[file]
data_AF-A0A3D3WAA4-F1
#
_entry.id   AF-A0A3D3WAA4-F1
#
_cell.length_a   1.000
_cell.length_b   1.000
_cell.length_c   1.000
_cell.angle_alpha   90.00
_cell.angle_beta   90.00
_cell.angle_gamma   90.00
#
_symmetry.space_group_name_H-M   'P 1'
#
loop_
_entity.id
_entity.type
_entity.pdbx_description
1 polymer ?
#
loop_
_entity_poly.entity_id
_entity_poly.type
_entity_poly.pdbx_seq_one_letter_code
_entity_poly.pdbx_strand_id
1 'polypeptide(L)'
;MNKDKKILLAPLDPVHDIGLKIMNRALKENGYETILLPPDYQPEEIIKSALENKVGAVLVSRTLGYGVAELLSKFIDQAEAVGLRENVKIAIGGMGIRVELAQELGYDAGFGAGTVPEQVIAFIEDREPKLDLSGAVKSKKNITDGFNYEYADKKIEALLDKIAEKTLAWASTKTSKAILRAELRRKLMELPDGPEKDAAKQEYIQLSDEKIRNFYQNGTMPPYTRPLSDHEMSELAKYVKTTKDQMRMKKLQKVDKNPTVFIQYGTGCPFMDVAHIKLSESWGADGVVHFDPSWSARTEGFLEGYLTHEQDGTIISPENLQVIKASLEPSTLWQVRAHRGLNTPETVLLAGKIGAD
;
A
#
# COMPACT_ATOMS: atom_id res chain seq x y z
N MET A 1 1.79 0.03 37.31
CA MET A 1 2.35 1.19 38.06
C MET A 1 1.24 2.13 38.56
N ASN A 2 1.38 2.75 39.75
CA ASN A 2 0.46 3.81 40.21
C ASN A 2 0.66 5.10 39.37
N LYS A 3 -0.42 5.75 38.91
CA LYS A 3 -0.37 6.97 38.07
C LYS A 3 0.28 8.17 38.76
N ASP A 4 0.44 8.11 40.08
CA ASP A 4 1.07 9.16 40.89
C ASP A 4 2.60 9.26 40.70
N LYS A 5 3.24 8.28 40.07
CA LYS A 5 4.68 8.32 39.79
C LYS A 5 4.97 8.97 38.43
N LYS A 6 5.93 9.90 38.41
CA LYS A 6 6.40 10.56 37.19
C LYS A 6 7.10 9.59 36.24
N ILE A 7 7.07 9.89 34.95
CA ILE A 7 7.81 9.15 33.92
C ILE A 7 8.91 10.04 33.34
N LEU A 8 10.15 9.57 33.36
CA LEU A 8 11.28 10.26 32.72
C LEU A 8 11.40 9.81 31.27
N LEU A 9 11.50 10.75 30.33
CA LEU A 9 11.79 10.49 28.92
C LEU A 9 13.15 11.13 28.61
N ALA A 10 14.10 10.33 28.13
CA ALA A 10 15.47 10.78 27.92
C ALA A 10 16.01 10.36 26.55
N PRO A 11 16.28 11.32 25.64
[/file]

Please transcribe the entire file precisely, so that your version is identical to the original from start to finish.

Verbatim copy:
data_AF-A0A3D3WAA4-F1
#
_entry.id   AF-A0A3D3WAA4-F1
#
_cell.length_a   1.000
_cell.length_b   1.000
_cell.length_c   1.000
_cell.angle_alpha   90.00
_cell.angle_beta   90.00
_cell.angle_gamma   90.00
#
_symmetry.space_group_name_H-M   'P 1'
#
loop_
_entity.id
_entity.type
_entity.pdbx_description
1 polymer ?
#
loop_
_entity_poly.entity_id
_entity_poly.type
_entity_poly.pdbx_seq_one_letter_code
_entity_poly.pdbx_strand_id
1 'polypeptide(L)'
;MNKDKKILLAPLDPVHDIGLKIMNRALKENGYETILLPPDYQPEEIIKSALENKVGAVLVSRTLGYGVAELLSKFIDQAEAVGLRENVKIAIGGMGIRVELAQELGYDAGFGAGTVPEQVIAFIEDREPKLDLSGAVKSKKNITDGFNYEYADKKIEALLDKIAEKTLAWASTKTSKAILRAELRRKLMELPDGPEKDAAKQEYIQLSDEKIRNFYQNGTMPPYTRPLSDHEMSELAKYVKTTKDQMRMKKLQKVDKNPTVFIQYGTGCPFMDVAHIKLSESWGADGVVHFDPSWSARTEGFLEGYLTHEQDGTIISPENLQVIKASLEPSTLWQVRAHRGLNTPETVLLAGKIGAD
;
A
#
# COMPACT_ATOMS: atom_id res chain seq x y z
N MET A 1 1.79 0.03 37.31
CA MET A 1 2.35 1.19 38.06
C MET A 1 1.24 2.13 38.56
N ASN A 2 1.38 2.75 39.75
CA ASN A 2 0.46 3.81 40.21
C ASN A 2 0.66 5.10 39.37
N LYS A 3 -0.42 5.75 38.91
CA LYS A 3 -0.37 6.97 38.07
C LYS A 3 0.28 8.17 38.76
N ASP A 4 0.44 8.11 40.08
CA ASP A 4 1.07 9.16 40.89
C ASP A 4 2.60 9.26 40.70
N LYS A 5 3.24 8.28 40.07
CA LYS A 5 4.68 8.32 39.79
C LYS A 5 4.97 8.97 38.43
N LYS A 6 5.93 9.90 38.41
CA LYS A 6 6.40 10.56 37.19
C LYS A 6 7.10 9.59 36.24
N ILE A 7 7.07 9.89 34.95
CA ILE A 7 7.81 9.15 33.92
C ILE A 7 8.91 10.04 33.34
N LEU A 8 10.15 9.57 33.36
CA LEU A 8 11.28 10.26 32.72
C LEU A 8 11.40 9.81 31.27
N LEU A 9 11.50 10.75 30.33
CA LEU A 9 11.79 10.49 28.92
C LEU A 9 13.15 11.13 28.61
N ALA A 10 14.10 10.33 28.13
CA ALA A 10 15.47 10.78 27.92
C ALA A 10 16.01 10.36 26.55
N PRO A 11 16.28 11.32 25.64